The Hamas-led Palestinian government has agreed to withdraw a controversial militia from the streets of Gaza.
The Hamas force has been withdrawn before
Hamas spokesman Ghazi Hamad said the black-clad militia "are going to be in places away from the public".
The deal is aimed at ending weeks of violent tensions between Hamas, and Fatah factions loyal to the Palestinian leader Mahmoud Abbas.
Meanwhile, Palestinian sources say three Palestinians were shot dead by Israeli soldiers near the Gaza border.
Details are still sketchy, but according to Israeli security sources, the three were spotted preparing to mount an attack, and soldiers opened fire and hit them as they approached the border between Gaza and Israel.
In a further bid to reduce tension between Hamas and Fatah, Palestinian officials are also having talks over a peace plan by the Palestinian Authority president that implicitly recognises Israel. A deadline has been extended.
President Mahmoud Abbas has given Hamas until Saturday to accept the 18-point plan or he will put it to a referendum, his officials say.
It was drawn up by leading members of the two factions jailed by Israel, to confront what they see as the threat of Israel imposing a unilateral solution precluding a viable Palestinian state.
King Abdullah II, who is due to meet Israeli Prime Minister Ehud Olmert in Jordan on Thursday, said he opposed unilateral steps by Israel.
Hamas and Fatah have told their supporters to stop fighting each other, after escalating violence that has left nearly 20 people dead in Gaza in the last month.
Previous agreements to end factional fighting have been short-lived.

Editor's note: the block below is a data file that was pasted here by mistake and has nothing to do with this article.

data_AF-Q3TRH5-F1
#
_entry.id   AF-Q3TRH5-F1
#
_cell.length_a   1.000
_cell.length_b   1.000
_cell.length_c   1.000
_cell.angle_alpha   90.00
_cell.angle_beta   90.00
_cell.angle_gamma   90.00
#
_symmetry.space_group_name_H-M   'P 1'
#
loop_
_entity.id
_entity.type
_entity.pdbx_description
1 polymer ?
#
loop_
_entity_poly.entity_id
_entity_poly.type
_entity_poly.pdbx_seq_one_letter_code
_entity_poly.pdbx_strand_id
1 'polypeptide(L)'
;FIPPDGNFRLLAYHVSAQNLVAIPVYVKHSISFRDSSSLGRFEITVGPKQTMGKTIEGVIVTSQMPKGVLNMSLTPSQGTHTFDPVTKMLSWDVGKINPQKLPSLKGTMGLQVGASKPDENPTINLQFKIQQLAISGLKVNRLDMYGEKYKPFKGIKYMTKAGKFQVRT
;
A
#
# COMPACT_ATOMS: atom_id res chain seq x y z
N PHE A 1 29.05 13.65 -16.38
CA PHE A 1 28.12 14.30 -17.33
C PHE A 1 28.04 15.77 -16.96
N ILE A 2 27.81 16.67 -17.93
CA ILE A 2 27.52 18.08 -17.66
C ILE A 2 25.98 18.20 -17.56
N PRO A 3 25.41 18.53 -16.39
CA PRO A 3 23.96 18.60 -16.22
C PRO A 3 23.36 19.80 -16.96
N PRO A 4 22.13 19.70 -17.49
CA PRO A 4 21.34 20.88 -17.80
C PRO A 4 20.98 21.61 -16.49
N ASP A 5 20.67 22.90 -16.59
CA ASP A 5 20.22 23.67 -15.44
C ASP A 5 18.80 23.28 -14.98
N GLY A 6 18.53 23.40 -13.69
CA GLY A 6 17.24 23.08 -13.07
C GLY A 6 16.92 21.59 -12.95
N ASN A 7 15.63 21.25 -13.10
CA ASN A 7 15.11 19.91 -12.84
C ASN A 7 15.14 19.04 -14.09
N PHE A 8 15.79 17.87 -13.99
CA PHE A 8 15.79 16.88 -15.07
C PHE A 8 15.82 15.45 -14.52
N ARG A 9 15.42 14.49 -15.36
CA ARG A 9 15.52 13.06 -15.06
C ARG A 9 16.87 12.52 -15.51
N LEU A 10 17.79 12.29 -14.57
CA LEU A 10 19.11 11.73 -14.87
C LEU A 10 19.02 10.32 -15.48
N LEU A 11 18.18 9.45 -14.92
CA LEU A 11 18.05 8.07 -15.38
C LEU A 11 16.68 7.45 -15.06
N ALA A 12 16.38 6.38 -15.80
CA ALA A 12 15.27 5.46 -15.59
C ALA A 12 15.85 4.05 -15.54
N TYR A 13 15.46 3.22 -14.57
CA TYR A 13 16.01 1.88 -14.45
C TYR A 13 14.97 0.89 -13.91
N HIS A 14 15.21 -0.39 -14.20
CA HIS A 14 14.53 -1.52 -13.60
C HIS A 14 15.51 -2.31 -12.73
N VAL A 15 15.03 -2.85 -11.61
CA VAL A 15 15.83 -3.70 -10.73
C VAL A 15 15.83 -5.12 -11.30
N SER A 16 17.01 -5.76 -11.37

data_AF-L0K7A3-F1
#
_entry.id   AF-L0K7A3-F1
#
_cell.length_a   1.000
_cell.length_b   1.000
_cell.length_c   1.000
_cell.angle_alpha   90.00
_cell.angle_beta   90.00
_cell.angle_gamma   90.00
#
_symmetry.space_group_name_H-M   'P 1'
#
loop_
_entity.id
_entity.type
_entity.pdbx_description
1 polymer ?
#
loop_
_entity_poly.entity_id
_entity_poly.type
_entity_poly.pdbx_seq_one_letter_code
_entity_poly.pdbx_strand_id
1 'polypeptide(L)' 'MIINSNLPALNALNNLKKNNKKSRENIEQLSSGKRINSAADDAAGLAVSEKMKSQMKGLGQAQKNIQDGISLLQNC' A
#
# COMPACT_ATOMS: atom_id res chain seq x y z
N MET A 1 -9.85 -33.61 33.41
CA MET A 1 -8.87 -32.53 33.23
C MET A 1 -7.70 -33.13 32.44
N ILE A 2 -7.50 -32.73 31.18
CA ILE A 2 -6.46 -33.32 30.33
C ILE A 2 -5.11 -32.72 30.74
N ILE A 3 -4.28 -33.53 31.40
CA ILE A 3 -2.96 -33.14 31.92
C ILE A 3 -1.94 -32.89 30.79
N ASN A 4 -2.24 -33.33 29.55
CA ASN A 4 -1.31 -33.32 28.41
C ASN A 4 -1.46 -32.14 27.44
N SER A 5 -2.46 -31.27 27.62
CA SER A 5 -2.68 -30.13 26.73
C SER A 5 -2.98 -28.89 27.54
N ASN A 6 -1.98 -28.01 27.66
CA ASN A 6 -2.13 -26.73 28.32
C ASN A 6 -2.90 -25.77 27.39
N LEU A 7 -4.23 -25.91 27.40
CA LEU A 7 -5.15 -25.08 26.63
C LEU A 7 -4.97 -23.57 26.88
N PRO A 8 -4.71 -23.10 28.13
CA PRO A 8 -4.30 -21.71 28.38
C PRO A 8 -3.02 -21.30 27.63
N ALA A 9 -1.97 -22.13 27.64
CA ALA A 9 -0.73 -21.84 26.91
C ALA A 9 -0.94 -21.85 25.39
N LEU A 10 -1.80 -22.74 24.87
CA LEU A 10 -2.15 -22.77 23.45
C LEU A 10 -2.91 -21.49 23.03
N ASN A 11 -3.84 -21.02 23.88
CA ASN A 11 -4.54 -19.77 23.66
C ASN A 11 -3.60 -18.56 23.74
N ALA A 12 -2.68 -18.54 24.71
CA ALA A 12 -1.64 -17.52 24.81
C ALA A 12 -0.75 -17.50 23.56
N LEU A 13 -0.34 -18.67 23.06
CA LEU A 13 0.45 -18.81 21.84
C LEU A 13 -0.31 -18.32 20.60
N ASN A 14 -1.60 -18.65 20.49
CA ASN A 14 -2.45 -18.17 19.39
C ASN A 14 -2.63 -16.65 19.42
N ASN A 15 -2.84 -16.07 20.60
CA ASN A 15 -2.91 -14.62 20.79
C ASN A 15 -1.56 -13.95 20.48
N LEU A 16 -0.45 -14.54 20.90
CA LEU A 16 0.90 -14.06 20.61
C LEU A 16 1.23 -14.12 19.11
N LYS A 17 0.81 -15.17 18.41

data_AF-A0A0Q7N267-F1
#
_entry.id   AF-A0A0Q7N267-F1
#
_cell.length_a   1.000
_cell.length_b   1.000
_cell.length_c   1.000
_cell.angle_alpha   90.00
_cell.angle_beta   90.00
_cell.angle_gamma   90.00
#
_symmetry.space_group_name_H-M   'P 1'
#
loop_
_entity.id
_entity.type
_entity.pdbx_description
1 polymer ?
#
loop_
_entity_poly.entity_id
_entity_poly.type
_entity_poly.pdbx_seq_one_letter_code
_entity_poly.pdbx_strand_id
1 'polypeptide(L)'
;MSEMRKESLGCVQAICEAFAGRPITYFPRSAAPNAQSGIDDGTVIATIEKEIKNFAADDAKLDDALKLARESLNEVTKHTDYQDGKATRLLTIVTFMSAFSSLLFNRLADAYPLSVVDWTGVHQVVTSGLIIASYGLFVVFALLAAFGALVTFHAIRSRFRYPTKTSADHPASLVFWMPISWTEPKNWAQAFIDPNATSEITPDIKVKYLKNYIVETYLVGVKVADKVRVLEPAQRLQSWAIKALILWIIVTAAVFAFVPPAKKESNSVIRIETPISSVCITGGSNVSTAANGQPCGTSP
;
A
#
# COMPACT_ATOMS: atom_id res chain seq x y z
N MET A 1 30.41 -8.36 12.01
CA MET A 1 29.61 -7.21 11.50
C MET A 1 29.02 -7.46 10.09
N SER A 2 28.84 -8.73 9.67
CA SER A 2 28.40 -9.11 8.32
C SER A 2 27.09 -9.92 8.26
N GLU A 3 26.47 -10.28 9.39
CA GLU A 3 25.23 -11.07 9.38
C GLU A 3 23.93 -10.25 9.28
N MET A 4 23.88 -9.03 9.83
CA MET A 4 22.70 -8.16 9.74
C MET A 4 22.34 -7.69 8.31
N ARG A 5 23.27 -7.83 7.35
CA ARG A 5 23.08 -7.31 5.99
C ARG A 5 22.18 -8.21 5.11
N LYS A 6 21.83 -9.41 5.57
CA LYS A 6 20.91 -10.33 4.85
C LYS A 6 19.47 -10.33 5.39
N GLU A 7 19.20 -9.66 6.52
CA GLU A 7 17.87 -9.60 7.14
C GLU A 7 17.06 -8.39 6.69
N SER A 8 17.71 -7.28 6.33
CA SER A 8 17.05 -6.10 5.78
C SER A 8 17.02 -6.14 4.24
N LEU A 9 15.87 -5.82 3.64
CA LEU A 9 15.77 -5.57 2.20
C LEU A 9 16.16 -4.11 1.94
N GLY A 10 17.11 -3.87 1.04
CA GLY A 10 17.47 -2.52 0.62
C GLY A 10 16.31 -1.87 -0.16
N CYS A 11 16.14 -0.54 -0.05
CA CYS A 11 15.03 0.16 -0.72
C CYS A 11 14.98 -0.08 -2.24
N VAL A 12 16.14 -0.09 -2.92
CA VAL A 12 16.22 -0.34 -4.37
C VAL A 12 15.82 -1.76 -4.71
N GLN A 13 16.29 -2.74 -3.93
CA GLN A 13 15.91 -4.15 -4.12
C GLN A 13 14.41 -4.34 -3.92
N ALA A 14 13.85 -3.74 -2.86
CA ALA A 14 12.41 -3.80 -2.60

Egyptian diplomats have been mediating during lengthy talks to try to bring an end to the violence.
Ghazi Hamad said Hamas had agreed its private militia are "not going to be visible to people", and will be folded into the official Palestinian police force, according to the Associated Press news agency.
Hamas agreed to withdraw the 3,000-strong force a week ago, but gunmen reappeared on the streets within days.
King Abdullah told Israeli newspaper Yedioth Ahronoth that Mr Olmert's "convergence plan" - withdrawing from some Jewish settlements in the occupied West Bank and consolidating others - could jeopardise Israel-Jordan relations.
He said any unilateral move on Israel's part might deprive the Palestinians of their legitimate and internationally recognised right to an independent state.
"A unilateral step by Israel would raise question marks and a sense of insecurity not only among the Palestinians, but among all the partners of peace in the region," he said.
King Abdullah said he had his own proposals on how to create a lasting peace between Israelis and Palestinians.
Mr Olmert's trip to Jordan comes shortly after his meeting in Egypt with President Hosni Mubarak, where neither side raised the convergence plan in public.
"A negotiated peace settlement between the Israeli and Palestinian peoples is essential to move the peace process on all other tracks," Mr Mubarak said at a news conference.
Israeli officials stress unilateral steps will only be adopted after negotiations are exhausted, although Palestinians have accused Israel of not being serious about talks.